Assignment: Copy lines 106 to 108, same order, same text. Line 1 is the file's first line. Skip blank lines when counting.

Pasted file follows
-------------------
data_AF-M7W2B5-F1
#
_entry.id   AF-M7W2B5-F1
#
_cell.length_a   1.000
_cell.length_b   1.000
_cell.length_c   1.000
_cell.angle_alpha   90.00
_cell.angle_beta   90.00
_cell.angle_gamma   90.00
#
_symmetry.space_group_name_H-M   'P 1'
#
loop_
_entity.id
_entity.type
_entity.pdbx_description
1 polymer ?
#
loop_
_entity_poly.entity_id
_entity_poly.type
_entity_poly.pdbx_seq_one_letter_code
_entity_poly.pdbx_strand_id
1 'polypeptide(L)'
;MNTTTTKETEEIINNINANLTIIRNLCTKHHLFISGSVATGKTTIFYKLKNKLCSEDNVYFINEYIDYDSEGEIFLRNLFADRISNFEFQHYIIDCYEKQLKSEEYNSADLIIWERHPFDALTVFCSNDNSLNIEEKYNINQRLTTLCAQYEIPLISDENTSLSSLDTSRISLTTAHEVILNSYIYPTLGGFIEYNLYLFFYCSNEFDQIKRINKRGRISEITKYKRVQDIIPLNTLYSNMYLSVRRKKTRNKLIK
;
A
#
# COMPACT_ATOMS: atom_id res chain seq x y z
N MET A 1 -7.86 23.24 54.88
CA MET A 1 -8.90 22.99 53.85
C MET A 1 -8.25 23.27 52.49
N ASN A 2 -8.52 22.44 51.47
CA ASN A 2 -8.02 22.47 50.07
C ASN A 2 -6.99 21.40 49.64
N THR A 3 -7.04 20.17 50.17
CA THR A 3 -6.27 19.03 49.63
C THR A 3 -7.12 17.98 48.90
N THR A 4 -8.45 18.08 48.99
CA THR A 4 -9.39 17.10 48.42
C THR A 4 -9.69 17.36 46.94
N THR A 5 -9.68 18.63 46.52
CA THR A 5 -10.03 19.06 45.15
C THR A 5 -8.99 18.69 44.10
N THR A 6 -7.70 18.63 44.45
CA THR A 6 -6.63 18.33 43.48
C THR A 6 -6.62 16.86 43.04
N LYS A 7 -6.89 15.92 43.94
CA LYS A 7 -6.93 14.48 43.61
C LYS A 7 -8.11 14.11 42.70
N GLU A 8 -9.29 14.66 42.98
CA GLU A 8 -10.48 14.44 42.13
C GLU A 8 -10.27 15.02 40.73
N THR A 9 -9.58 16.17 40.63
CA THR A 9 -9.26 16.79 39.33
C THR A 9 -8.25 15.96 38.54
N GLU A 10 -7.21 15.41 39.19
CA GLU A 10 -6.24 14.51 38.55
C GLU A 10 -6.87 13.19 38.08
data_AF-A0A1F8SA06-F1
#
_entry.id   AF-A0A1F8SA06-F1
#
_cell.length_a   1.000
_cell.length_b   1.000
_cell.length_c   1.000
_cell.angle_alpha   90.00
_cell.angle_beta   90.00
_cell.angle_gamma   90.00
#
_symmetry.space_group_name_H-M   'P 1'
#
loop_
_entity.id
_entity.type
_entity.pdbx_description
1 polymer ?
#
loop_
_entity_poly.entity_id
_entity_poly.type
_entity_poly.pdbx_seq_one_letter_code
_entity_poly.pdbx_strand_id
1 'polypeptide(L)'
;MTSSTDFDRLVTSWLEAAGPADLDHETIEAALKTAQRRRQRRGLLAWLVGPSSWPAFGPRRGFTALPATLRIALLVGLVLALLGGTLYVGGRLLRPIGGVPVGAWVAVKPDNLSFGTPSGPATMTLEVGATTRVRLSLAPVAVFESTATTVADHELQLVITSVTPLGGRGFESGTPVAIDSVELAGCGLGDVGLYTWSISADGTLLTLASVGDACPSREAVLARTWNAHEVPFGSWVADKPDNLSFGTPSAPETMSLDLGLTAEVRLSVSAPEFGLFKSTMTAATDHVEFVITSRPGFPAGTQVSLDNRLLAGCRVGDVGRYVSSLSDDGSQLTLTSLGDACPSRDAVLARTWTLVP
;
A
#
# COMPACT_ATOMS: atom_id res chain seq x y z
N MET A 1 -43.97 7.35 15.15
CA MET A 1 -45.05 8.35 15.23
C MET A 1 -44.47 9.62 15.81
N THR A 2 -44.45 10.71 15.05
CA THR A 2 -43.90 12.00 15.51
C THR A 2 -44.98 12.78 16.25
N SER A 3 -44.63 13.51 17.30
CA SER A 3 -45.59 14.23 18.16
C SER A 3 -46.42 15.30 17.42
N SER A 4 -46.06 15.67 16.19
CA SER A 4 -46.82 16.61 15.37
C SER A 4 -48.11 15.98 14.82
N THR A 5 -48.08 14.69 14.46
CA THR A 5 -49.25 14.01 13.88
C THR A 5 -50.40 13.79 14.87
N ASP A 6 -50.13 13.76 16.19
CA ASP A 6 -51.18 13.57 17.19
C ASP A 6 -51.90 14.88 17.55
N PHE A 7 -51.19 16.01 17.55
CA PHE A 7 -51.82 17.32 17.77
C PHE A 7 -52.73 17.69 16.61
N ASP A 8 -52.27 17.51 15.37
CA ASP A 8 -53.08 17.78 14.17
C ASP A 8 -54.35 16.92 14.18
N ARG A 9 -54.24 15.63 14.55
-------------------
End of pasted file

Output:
N ASP A 6 -50.13 13.76 16.19
CA ASP A 6 -51.18 13.57 17.19
C ASP A 6 -51.90 14.88 17.55